Doughnuts for The Winners

AnnaLisa is a member of The Motley Fool Blog Network -- entries represent the personal opinion of the blogger and are not formally edited.

As a joke Chris Harrison, co-host of the Miss America pageant on January 12, sent an order of doughnuts to the contestants onstage who were already eliminated. What's wrong with you, Chris? Doughnuts are for winners, too. Doesn't Miss America run on Dunkin'? Of course, they're all winners, yada, yada, yada.

I think Krispy Kreme (NYSE: KKD) and Dunkin' Brands (NASDAQ: DNKN) should jump all over this like a fly on maple glaze. Young women could vie for scholarships and titles but dressed as doughnuts and crullers with those cute Krispy Kreme paper caps instead of tiaras. Honey BooBoo wannabes could compete as little doughnut holes in their own pageants.

Still Hot-Now

Enough with the best marketing campaign ever and onto the biggest quick serve rivalries you never heard of, Dunkin' Brands against Krispy Kreme against Tim Hortons. With the latest buyouts of Tully's, Caribou Coffee, and Peet's there aren't many plays left in the coffee and a doughnut sector. Starbucks still looms large but the coffee Goliath doesn't have that sugary, yeasty aroma and doughnut assembly line performance art that defines a Krispy Kreme.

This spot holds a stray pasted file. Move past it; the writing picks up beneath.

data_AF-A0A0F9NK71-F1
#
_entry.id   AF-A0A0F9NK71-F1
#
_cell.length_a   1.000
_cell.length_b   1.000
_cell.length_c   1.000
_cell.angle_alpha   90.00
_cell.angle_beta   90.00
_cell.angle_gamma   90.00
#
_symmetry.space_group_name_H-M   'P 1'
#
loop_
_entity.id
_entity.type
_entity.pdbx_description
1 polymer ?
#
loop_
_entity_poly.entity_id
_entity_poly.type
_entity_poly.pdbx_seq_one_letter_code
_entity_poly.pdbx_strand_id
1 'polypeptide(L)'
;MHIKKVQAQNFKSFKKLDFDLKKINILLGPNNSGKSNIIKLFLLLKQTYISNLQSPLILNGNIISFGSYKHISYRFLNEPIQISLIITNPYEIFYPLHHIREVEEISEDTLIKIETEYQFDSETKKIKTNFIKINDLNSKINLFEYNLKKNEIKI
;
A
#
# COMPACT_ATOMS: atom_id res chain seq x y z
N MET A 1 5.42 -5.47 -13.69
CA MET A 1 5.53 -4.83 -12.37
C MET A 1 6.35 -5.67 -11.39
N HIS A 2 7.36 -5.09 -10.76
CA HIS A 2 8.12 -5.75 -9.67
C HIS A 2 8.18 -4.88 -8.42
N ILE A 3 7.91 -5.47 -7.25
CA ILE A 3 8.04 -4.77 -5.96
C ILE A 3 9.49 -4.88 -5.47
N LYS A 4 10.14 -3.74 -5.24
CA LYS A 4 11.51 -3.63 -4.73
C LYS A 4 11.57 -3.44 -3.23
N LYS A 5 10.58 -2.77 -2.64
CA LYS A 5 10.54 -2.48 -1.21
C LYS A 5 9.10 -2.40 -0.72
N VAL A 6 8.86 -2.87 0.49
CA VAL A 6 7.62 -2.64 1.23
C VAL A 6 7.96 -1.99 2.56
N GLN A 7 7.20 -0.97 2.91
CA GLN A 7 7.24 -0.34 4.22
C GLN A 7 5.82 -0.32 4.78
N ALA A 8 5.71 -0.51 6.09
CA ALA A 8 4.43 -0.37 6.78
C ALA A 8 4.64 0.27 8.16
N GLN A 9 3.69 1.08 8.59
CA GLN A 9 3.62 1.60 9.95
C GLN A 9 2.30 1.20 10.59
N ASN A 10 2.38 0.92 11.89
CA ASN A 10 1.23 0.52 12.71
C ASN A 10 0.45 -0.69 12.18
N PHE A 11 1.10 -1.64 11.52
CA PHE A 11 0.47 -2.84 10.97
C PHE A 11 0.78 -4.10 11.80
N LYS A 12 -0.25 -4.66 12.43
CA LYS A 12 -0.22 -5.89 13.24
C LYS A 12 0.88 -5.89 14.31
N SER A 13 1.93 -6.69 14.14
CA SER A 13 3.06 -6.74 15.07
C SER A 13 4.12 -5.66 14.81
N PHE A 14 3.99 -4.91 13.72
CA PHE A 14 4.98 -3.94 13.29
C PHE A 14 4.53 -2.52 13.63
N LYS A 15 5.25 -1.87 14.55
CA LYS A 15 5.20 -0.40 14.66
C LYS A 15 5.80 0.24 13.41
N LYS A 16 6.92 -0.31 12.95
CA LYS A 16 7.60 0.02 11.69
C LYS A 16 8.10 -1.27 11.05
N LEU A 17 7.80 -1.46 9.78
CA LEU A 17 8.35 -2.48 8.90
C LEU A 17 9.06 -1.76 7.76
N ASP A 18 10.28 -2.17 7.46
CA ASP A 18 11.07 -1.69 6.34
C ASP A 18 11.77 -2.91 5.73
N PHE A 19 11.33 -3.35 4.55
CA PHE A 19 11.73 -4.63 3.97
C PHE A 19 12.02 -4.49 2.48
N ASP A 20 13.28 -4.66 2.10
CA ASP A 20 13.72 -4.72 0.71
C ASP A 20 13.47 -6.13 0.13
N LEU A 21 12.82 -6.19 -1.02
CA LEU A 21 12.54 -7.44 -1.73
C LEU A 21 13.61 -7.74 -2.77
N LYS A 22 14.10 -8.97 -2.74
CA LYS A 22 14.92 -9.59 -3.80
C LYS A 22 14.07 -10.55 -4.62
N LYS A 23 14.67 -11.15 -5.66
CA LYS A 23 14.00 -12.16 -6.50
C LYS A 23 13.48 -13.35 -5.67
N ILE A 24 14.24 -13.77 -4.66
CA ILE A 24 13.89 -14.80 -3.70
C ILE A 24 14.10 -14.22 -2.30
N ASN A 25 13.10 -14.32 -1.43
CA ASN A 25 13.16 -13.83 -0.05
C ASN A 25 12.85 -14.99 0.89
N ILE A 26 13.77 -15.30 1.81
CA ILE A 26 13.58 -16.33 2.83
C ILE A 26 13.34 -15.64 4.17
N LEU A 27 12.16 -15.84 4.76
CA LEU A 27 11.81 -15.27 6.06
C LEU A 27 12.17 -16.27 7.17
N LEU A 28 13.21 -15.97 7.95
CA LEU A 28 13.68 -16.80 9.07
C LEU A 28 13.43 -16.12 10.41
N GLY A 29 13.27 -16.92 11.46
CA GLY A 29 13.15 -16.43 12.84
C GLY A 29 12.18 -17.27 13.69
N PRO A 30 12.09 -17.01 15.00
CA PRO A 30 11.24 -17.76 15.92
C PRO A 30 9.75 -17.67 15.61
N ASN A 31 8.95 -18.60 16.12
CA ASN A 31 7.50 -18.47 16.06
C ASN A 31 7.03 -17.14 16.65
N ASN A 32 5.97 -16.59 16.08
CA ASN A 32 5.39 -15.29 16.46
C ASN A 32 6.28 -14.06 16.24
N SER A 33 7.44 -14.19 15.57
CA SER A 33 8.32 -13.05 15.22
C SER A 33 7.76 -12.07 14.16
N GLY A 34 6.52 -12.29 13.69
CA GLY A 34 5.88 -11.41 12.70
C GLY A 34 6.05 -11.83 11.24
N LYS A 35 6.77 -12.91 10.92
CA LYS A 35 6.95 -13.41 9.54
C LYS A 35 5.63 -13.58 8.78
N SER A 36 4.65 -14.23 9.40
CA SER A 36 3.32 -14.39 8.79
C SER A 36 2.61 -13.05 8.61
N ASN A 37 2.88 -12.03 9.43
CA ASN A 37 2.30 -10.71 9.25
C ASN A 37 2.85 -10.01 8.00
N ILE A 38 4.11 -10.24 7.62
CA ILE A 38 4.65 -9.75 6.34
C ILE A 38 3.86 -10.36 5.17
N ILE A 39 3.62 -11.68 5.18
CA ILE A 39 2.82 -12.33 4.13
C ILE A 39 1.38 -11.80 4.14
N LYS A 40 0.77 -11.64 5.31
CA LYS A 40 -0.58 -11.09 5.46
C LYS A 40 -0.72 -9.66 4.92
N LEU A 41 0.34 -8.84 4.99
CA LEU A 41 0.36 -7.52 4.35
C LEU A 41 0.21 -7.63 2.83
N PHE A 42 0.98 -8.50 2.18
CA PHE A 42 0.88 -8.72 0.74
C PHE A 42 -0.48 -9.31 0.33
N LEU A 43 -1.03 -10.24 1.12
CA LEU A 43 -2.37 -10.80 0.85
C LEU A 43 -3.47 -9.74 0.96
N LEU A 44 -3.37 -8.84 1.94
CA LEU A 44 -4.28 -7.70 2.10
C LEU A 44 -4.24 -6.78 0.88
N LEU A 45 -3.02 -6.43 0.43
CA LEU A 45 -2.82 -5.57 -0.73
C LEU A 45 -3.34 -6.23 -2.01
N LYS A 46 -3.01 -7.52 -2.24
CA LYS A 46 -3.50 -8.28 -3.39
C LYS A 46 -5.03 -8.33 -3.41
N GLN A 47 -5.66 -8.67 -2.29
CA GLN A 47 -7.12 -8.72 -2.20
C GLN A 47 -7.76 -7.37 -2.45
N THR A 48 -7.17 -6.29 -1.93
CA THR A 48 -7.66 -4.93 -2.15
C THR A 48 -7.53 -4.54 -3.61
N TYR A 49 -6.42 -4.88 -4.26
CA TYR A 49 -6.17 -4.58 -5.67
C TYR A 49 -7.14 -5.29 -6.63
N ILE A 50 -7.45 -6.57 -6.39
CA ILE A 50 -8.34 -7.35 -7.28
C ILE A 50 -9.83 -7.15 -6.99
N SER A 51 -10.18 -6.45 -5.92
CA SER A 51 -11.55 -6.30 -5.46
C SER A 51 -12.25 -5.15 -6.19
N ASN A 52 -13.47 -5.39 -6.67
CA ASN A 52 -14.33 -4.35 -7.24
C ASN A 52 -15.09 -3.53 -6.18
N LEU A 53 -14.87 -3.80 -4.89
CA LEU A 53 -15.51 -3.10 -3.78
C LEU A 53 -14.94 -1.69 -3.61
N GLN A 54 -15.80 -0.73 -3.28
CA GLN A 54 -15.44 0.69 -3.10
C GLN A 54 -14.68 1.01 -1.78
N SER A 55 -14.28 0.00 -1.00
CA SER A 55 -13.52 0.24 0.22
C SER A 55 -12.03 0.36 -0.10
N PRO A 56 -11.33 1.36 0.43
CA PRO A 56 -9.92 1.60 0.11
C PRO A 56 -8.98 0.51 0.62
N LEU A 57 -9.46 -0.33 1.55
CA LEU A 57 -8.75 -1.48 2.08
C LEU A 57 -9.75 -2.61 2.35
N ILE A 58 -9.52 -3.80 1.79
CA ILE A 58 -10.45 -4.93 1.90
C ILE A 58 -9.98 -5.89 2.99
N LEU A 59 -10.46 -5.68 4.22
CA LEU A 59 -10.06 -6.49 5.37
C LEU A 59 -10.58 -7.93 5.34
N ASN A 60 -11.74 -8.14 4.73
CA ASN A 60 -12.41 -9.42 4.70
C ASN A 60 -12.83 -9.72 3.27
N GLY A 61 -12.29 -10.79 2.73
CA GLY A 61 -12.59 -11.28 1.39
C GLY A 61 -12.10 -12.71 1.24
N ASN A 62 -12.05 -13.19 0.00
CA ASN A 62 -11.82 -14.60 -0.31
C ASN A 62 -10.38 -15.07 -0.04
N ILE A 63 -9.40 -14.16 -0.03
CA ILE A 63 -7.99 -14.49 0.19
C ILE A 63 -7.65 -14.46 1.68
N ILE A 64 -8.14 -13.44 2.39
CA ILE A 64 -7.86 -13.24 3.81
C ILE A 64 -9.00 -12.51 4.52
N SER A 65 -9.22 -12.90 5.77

When I last wrote about Krispy Kreme before earnings the stock was at $6.92 and climbed since to $11.36 with a 5 P/E. After its Q3 report on November 19 it surged 25% after posting very good numbers surprising analysts and raising guidance. Last quarter's report now makes four straight years of same stores sales growth. After a dismal share price decline from $50 to one dollar the stock has been rising like yeast in their Doughnut Theater. The PEG is still lower than these other competitors at .91. The return on equity stands at 98% and their Hot-Now signs aren't kidding with the stock up 63% over 52 weeks.

Since the purchases of Tully's, Caribou, and Peet's coffees in late 2012; Krispy Kreme has been bandied about as an acquisition target and it's doable at a market cap of $743.90 million. While only 10% of sales come from coffee, a buyer might be satisfied with the 90% that comes from their doughnuts, which foster significant customer loyalty. They still innovate with new flavors like the Dark Chocolate Strawberry and Dark Chocolate doughnuts.

Krispy Kreme reports again in March and as I wrote before a priority for Krispy Kreme was to find a VP of Franchise Development for their US expansion and they recently hired Patricia Perry who's had experience at Church's Fried Chicken. The company plans to expand from its current total of 731 company and franchised locations as well as expand their successful overseas footprint. Finally, Krispy Kreme has been working down total debt from its go-go expansion spree of the early 2000s to stand now at roughly half of total cash.

Running on Empty?

America runs on Dunkin', but is the stock running on empty? At a P/E of 76.53 (with a forward P/E of 22.75) and a 1.70% yield at a payout ratio of 66%, Krispy Kreme looks like the better buy but to be fair Dunkin' Brands is more diversified in its offerings beyond doughnuts with sandwiches, bagels, and has Baskin-Robbins ice cream units. Dunkin' Brands stores are more ubiquitous with 16,800 locations in the US and 48 other countries.